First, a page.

A responsible approach to lending is an integral part of our day-to-day business practice, and this includes the assessment and management of the environmental and social risks associated with our lending.
These risks can be complex and depend on a range of factors which include the sector and geographical location of the borrower and the type of transaction. They can be categorised as:
- Direct – circumstances in which we could be held liable for the polluting activities of our borrower
- Indirect – the inability of a client to make payments due to unforeseen social and environmental costs or liabilities
- Reputational – arising through our perceived association with environmentally and/or socially sensitive activities.
Our approach and governance
Barclays approach to environmental and social risk management is based on a combination of policy and guidance. This enables us to adopt a robust approach, while maintaining the flexibility to consider potential clients and transactions on their respective merits. Our focus on risk means that environmental and social issues are incorporated into our core credit decision-making process.
We have a dedicated Environmental and Social Risk Management team who advise on transactions where there are potential environmental or social sensitivities. The team is part of our Risk function and is supported by a network of specialists at local and regional level.
Policy and guidance
Our Environmental and Social Impact Assessment Policy (ESIA) applies to project finance proposals, or where funds are being raised for a specific asset which may give rise to environmental or social risks. It is also the mechanism through which we apply the Equator Principles (see ).
The policy is supported by a ‘risk tool kit’ which consists of a range of internal guidance documents to assist with implementation. These include a detailed ‘ESIA process’ document, an Equator Principles categorisation screening tool, sample contractual terms of reference to ensure impact assessments are compliant with the Equator Principles and sample clauses for loan documentation.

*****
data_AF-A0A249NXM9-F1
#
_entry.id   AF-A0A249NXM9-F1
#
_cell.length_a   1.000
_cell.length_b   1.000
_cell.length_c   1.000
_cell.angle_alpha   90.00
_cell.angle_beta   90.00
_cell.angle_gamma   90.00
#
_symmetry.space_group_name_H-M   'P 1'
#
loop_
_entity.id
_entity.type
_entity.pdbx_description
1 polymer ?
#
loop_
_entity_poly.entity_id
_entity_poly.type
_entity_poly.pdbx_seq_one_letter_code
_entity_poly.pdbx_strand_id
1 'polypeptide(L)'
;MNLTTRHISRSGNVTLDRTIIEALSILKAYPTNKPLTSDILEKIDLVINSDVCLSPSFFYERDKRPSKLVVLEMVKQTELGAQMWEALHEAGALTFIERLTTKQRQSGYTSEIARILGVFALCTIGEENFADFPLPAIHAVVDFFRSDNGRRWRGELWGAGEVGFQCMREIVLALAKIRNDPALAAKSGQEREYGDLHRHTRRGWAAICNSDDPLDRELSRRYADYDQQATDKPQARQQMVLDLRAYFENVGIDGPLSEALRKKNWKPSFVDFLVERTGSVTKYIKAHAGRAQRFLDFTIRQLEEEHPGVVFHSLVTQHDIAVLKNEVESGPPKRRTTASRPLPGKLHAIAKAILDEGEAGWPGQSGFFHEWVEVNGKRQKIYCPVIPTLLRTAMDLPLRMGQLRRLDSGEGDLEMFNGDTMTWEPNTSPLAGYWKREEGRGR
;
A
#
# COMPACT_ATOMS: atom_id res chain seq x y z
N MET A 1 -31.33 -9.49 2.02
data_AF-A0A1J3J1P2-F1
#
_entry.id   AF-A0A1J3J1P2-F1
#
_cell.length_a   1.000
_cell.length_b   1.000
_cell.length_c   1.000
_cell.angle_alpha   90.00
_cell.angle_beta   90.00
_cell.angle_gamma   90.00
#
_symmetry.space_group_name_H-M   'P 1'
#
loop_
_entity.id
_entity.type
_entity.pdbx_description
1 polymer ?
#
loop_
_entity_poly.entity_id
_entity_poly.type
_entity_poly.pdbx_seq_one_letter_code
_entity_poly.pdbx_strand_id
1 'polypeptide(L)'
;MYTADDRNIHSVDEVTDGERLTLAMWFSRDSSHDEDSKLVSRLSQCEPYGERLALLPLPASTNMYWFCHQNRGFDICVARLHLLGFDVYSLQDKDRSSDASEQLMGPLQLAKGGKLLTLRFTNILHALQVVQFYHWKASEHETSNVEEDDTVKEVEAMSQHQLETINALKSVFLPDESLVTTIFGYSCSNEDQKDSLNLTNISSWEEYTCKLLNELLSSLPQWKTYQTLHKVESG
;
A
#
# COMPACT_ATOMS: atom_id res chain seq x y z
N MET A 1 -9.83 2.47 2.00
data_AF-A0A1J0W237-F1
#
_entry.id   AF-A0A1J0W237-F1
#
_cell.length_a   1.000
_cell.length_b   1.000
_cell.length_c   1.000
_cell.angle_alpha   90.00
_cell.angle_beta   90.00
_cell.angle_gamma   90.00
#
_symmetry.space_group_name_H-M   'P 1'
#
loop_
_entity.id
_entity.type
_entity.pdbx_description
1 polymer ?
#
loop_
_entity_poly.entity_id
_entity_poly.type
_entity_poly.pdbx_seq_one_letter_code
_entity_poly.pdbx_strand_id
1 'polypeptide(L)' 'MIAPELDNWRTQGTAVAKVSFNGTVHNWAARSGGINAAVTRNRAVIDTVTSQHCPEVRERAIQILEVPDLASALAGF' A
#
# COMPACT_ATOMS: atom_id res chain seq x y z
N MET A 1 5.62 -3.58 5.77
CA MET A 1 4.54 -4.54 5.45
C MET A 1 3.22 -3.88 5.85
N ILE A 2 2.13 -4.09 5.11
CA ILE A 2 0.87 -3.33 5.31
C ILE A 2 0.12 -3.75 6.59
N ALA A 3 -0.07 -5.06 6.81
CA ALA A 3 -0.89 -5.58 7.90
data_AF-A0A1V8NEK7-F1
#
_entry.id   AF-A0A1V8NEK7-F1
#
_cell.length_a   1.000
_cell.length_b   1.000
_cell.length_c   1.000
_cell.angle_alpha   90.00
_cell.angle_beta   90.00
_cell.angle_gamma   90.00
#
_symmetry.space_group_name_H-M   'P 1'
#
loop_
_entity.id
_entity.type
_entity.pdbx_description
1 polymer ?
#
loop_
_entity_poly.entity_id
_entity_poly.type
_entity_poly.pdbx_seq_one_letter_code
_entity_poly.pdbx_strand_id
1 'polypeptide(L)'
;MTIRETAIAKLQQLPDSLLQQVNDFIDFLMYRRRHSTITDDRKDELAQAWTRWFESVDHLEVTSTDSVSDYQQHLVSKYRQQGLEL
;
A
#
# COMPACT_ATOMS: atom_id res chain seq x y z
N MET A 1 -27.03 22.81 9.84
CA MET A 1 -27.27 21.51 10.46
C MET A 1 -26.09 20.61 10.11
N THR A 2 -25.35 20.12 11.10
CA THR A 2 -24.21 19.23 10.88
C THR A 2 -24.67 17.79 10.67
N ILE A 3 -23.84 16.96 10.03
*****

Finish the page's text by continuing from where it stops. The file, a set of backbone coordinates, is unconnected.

We have also developed detailed guidance notes for sectors where environmental and social risks are common. These guidance notes have also been adopted by the UN Environment Programme Finance Initiative (UNEP FI) and are available to all UNEP FI signatories. The notes cover:
- Agriculture and fisheries
- Chemicals and pharmaceuticals
- Forestry and logging
- Mining and metals
- Oil and gas
- Power generation
- Service industries, including healthcare and telecommunications
- Utilities and waste management.
We review all our policies and guidance notes every year to ensure we are taking account of emerging issues and trends. For example, in 2011, we updated our oil and gas guidance note to take account of growing concerns about the potential impacts of ‘fracking’ (using hydraulic fracturing to extract oil or gas from shale rock formations) and the power generation and supply briefing note was amended to include the potential impacts of the Fukushima nuclear incident in Japan.
We also incorporated more detailed human rights criteria into our existing risk management process during 2011, as a result of the updates made to the UNEP FI human rights tool kit. These changes took into account the ‘Protect, respect and remedy’ framework issued by the UN Special Representative on Business and Human Rights, John Ruggie, in 2011. There’s more on our approach to this area in .
We also have a specific policy in relation to lending to operators in the nuclear power industry. The policy has been in place since 1996 and recognises the particular issues and sensitivities associated with this sector, setting minimum criteria for any loans we might make. It covers all transactions involving companies where radioactive materials are a key component of their operations or power supply.